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I have two different Hyper-V 2012 R2 environments that use iSCSI to connect to their virtual machine storage. While the environments are different (one is all 10 GB whereas the other is mixed 1 GB / 10 GB, one is using an SSD array in RAID 6 whereas the other is RAID 10 spread across two arrays), the odd behavior I am seeing is the same.

Bottom line is that when I run a disk i/o test directly on the host against the CSV, I get a particular value for average IOPS. However when I run the same test within the virtual machine against its "local" disk (the vhdx file that is stored on the CSV), I get a greatly reduced IOPS value.

To put things in perspective, here is the environment I am testing

  • Host
    • Windows 2012 R2 Datacenter
    • 512 GB
    • 48 Logical processors
    • 10 GB fiber for iSCSI traffic
    • One (1) virtual machine running
  • Storage
    • EqualLogic PS6210S
    • 24 800GB SSD in RAID 6
    • One (1) 1TB volume containing one (1) vm
    • 10 GB fiber
    • Host and Array are connect to dedicated network switches
  • Virtual Machine
    • Windows 2012 R2 Datcenter
    • 127 GB dynamic disk
    • Dynamic RAM
  • I/O Test
    • FIO 2.2.10 -- Test Software
    • 70/30 R/W mix against 500 MB test files (see below for actual test config file)

When I run the test against the CSV from the host (C:\ClusterStorage\VM-Infrastructure), I get read/write IOPS of about 22k/9k, respectively. However, when I run that same test within the VM against its C:\Temp folder (with the VM's VHDX file being stored on the array in C:\ClusterStorage\VM-Infrastructure') I get numbers of 13k/6k.

Is this a known problem? Are there any particular host/vm settings that I should be looking at to get the vm performance closer to what I get on the host? A drop from 22k read performance to 13k is pretty dramatic. I figured that there would be a slight hit within the vm but not this much -- as high as 40% in some cases.

direct=1 ; 1 for direct IO, 0 for buffered IO
iodepth=32 ; For async io, allow 'x' ios in flight
invalidate=1 ; Invalidate page cache for file prior to doing io
numjobs=16 ; Create 'x' similar entries for this job
group_reporting ; ?
thread ; Use pthreads instead of forked jobs

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    • 1. Just to be sure, nothing else is running in this environment, right? 2. Try creating a VHDX in the host, mount it and test it the same way. This way you'll be more focused as to where the problem might be. 3. Are you doing random RW? If you do, try testing sequential RW instead. I'm not sure, but I have a hunch thatrandomness might be a problem for VHDX.
    • 1) I am positive nothing else is running. 2) You are suggesting that I create a vhdx on the local disks on the host as opposed to putting it on the cluster? I can test that. 3) As you can see in the config file with the rw=randrw, the testing is random and not sequential.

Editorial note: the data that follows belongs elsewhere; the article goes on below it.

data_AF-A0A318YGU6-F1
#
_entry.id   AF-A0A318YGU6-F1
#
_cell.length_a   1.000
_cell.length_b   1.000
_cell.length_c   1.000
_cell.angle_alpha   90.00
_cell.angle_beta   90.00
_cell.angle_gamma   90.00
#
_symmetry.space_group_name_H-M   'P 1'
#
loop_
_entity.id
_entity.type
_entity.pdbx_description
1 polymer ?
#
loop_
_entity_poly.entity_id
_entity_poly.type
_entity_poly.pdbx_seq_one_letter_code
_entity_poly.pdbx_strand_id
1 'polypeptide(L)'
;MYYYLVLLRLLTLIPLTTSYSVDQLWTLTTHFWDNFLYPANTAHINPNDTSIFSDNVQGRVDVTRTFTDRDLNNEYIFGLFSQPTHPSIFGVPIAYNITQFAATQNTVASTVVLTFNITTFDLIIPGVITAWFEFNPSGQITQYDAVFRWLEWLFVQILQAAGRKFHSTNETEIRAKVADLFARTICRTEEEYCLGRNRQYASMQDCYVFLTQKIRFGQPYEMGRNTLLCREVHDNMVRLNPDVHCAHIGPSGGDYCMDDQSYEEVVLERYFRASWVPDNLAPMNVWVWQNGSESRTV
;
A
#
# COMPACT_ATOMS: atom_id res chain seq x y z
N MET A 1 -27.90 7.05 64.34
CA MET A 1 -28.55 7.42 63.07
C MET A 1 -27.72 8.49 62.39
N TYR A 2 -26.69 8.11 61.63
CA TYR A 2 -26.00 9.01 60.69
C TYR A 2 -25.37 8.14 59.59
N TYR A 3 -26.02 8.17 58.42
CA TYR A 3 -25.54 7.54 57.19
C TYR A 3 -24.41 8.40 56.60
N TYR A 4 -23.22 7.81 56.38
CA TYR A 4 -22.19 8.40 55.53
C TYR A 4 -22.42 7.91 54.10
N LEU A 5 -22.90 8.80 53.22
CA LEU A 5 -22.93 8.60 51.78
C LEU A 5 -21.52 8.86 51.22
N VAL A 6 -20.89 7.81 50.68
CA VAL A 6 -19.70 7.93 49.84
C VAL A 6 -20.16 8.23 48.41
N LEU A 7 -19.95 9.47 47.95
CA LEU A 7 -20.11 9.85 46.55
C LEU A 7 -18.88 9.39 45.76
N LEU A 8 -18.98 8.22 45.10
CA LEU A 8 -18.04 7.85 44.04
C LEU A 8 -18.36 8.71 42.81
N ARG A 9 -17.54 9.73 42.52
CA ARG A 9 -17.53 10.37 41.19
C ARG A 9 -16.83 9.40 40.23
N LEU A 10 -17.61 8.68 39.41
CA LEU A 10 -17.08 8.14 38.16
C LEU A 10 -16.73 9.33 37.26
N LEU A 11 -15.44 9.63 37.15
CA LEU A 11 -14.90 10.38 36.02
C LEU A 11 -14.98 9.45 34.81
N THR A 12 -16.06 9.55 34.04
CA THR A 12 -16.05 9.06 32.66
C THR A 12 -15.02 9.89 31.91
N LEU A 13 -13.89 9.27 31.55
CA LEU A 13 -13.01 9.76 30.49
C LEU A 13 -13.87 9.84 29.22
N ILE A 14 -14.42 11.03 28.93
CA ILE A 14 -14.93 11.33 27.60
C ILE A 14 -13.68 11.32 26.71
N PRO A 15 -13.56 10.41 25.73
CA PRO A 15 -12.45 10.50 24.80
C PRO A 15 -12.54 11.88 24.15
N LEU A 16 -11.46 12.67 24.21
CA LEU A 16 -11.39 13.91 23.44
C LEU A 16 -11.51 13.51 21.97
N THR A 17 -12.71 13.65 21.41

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    • @EliadTech -- (1) The test from the host with the VHDX mounted gave numbers in line with the test from the host directly to the volume. That seems to point to a Hyper-V/VM issue. (2) Oddly enough, changing the test to perform sequential read/write gave very close (but not veyr good) numbers. Testing from both the host and the VM gave about 7k/3k read/write IOPS.
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    • I decided to perform a packet capture with my original tests and found some interesting differences. When performing the random r/w test from the VM, a good amount of the traffic captured was listed as using iSCSI protocol which makes sense since my hosts use iSCSI to connect to the storage. However, when performing the test from the host directly to the iSCSI connected volume, I see very little iSCSI protocol traffic. Instead I see a lot of TCP traffic from port 3260. (FYI -- That port is also iSCSI but displays differently it seems.) Not sure if this is relevant.

After further research and some discussions with storage experts, the culprit has been found.

Even though the host was running a single virtual machine and that vm was the only client reading and writing the storage array, the built-in Hyper-V storage and networking load balancer was kicking in and throttling back the vm. When the load balancer was disabled, the virtual machine put up IOPS numbers very close to what we saw directly from the host.

For storage operations, the latency threshold value is 83 ms and 2 ms for networking. As best we can tell, the default threshold values are overly aggressive or just not suited to iSCSI storage connections. (iSCSI connections will of course add latency that you would not see with directly connected or local storage.) The registry setting that controls this (for storage) is HKLM\System\CurrentControlSet\Services\StorVsp\IOBalance\Enabled. Setting a value of 0 disables the balancer.

More information can be found at http://www.aidanfinn.com/?p=13232

We have not decided if we will keep the balancer turned off. Obviously it is there, and kicks in, for a reason. While it probably should not be on for a handful of virtual machines, when I start loading up the host it will be more beneficial. My main goal was understanding why my numbers were so disparate.

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